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Thursday, November 12, 2009

The analogue experiment, take 2

I finally developed the second roll of film that I shot with our Canon 2000, so it is time for a review.

For a start, it's far less disappointing than the first batch, although I am still making some beginner's mistakes, like, for instance, having subjects out of focus. I have a picture of Andrej standing by the pool with ducks in the zoo--I wanted his face to be in focus, but instead I focused on the ducks. How did that happen? I think I need to learn how to focus on subjects which are not in the center of the frame, but rather to the left or right of it.

I did learn something from that first film and that is not to go for big apertures when shooting on bright sunny days at noon. In fact, I also learned that it is probably a good idea not to shoot at all on a bright sunny day at noon, because the shadows are unforgiving, and everything looks very harsh, especially human faces. So I graduated from washed out to harsh, which is not ideal, but let's agree to call it a step in the right direction.

In the meantime my "Understanding Exposure" by Brian Petersen arrived, and I read it almost in one go. I liked his approach more than that of Scott Kelby (whose books I browsed in Julochka's Blue Room during Blog Camp 2.0) but the problem is I don't like his photos much--they look cliched. And while I like the way he describes exposure and the interplay between the light and aperture, shutter speed and ISO, I think by now I know enough of the basics and I want to go a bit further (if that makes sense).

Of course, what do I do then but reach for another book. This time I did my own snooping around Amazon and I came across something called "Langford's Basic Photography: The guide for serious photographers." The "serious" bit got me (such an easy marketing prey) and then one of the reviews mentioned something about having to have a "scientific slant" to appreciate the book and that sealed the deal.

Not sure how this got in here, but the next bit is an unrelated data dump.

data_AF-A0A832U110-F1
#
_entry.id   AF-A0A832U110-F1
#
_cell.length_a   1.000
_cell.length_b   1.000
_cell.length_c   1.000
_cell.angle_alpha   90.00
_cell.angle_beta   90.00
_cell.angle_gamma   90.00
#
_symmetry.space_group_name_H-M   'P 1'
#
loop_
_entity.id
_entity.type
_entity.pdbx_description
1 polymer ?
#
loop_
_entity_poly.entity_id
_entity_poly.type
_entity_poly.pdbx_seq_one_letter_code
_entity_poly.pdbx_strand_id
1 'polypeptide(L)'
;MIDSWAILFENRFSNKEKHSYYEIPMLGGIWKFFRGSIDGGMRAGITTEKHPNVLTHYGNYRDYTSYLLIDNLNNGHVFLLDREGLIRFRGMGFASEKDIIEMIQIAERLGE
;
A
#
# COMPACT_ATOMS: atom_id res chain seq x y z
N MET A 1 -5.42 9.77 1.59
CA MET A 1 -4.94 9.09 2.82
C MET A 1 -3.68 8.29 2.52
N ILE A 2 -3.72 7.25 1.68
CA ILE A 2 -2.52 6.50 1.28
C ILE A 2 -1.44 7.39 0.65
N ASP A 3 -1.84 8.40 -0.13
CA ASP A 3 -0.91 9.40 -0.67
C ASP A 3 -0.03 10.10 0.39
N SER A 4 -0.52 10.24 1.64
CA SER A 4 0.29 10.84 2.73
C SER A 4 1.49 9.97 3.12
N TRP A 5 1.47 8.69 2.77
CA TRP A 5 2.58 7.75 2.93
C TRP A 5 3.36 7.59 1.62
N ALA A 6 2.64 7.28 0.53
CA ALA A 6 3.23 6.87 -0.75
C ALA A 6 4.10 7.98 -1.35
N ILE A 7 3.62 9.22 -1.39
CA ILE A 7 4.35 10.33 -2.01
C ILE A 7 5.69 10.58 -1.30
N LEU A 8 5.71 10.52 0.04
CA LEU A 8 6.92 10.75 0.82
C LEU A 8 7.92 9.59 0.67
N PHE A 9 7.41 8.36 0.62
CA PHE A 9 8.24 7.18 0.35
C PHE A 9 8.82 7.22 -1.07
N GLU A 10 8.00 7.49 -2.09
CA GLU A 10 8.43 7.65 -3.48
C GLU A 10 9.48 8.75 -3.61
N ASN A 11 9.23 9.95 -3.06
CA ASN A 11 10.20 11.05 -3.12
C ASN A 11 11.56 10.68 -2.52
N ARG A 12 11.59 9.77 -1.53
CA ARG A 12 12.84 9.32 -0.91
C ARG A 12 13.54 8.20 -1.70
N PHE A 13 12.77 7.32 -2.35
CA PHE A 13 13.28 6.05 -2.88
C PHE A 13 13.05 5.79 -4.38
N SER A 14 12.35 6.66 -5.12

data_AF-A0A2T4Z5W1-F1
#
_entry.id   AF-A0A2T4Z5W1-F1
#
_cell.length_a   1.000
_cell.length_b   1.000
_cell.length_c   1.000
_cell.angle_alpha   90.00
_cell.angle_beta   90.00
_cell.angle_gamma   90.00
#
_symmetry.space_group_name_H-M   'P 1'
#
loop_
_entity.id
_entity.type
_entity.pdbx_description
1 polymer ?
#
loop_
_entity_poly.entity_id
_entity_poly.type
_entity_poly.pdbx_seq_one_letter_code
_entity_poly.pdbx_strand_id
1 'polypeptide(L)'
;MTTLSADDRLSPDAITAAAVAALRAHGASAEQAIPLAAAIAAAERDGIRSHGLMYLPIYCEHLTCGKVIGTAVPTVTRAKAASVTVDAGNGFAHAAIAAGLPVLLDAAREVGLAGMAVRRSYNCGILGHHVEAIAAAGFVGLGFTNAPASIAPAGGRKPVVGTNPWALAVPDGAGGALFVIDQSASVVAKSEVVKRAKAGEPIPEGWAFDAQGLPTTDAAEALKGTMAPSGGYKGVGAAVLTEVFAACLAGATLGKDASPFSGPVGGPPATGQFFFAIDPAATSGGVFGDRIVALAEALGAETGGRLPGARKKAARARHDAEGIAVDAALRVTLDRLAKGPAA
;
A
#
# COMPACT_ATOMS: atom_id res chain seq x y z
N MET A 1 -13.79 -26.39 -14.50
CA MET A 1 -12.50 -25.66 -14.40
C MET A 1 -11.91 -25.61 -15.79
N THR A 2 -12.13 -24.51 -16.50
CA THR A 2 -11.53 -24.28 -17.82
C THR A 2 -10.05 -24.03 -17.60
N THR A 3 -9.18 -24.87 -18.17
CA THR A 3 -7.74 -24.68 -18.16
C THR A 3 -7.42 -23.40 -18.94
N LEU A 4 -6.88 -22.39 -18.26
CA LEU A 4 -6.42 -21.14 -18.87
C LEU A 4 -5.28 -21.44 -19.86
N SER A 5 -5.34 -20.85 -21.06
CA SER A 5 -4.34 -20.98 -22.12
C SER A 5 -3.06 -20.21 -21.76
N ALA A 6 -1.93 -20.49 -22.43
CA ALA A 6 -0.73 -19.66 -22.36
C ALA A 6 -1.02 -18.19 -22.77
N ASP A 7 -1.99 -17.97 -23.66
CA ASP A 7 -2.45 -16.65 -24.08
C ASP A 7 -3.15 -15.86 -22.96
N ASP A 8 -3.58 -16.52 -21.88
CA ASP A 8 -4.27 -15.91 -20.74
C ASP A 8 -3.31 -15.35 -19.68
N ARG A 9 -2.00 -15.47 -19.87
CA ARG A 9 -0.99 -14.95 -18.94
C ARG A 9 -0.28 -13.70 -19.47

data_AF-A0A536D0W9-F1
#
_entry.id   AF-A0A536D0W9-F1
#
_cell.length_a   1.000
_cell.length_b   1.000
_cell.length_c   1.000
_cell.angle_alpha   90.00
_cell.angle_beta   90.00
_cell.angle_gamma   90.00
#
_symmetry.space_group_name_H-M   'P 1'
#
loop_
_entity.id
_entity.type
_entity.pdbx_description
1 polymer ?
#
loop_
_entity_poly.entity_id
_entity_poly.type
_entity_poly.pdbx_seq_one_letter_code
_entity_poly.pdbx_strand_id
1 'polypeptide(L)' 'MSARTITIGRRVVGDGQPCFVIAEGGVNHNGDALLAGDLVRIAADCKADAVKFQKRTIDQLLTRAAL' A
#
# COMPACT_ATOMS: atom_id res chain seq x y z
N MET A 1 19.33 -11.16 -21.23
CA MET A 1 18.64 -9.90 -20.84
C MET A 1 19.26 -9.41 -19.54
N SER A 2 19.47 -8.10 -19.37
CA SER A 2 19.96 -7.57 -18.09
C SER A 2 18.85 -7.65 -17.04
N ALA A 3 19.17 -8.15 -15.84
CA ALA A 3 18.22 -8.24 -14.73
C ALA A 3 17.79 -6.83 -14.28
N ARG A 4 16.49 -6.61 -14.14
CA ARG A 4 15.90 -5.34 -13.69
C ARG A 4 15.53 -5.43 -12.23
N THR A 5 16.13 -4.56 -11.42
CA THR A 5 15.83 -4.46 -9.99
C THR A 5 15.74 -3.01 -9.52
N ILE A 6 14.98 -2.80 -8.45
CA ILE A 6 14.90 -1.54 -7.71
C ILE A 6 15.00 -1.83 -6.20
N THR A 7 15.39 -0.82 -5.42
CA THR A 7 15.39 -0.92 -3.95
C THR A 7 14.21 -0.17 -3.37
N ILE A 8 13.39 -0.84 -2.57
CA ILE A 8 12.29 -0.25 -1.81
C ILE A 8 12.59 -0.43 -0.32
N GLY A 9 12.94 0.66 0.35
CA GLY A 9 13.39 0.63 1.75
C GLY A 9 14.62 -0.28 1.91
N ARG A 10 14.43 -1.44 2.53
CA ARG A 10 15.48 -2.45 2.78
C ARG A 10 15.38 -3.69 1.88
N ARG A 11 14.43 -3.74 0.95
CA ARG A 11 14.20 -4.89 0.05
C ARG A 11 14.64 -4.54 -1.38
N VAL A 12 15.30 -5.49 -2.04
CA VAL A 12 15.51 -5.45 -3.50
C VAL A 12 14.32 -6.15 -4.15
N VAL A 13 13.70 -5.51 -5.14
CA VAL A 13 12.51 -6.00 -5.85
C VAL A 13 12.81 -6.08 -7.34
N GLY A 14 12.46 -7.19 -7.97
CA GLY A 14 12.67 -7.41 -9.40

Finally, last time I was moaning about analogue experiment number 1 Kristina asked me to at least post some images of my photos (since I can't post the originals, them being on paper). So here they are, snaps of the snaps:




9 comments:

kristina said...

I'm following your analogue experiment attentively! :-) I bought a book by Scott Kelby, and although I've learned a thing or two from it I find it hard to stand him... let me know if the new book is good - I also think the "scientific slant" sounds good :-)
thanks for indulging me and snapping the snaps! I really like them, especially the ones in your second and third photo!
and thank you for your interesting question on my latest blog post, I've answered it now :-)

Anonymous said...

Just wanted to say hello here as well...I'm becoming a true fan of your blogs, dear.
Kisses,
Aleksandra

Jelica said...

Kristina--Let's see if the "scientific slant" book lives up to expectations. I mean, now that we figured out the fractions, how hard can it be?!

Aleksandra, welcome here and kisses to you, too :)

Liss said...

Looks like you are learning lots.

Try this focusing tip of subjects that not in center of camera.(if you are not already)

Place your main subject in centre of the frame and focus by holding the shutter button half way down. While still holding the shutter button half way, re-compose your image the way you want it and press the shutter fully down, taking the photo.

Jelica said...

Thank you, Liss! I thought I was doing that already but evidence shows otherwise. Have to be more careful next time with that shutter button.

Dumdad said...

Snaps of snaps! Where will it end?

I'm a hopeless photographer and just click away with my digital until I get something half decent. In some ways, it's quite exciting as I never know how my photos will turn out.

Jelica said...

Dumdad--with you, it's almost like shooting analogue, then, because I also have no idea how it is all going to turn out. In fact, I very often forget what I shot and why I did that in the first place :)

B said...

You're making me want to pick up a film camera as well. It makes it more interesting if you don't know instantly what the photo is like. Keep telling us about it, and whether you enjoy the books!

spudballoo said...

How super! I'm in awe of you shooting film, I'm just too impatient. yes the mid day sun is very harsh and unforgiving, it bleaches the colour out of everything. Plus you either end up with people screwing up their eyes, or harsh shadows across their face.

But if you need to shoot in such conditions then a smaller aperture is the way to go.

Liss' tip re recomposing is a good one. Depending on the camera, you may have different focus points which you can see through the viewfinder...which you can select using a button somewhere!

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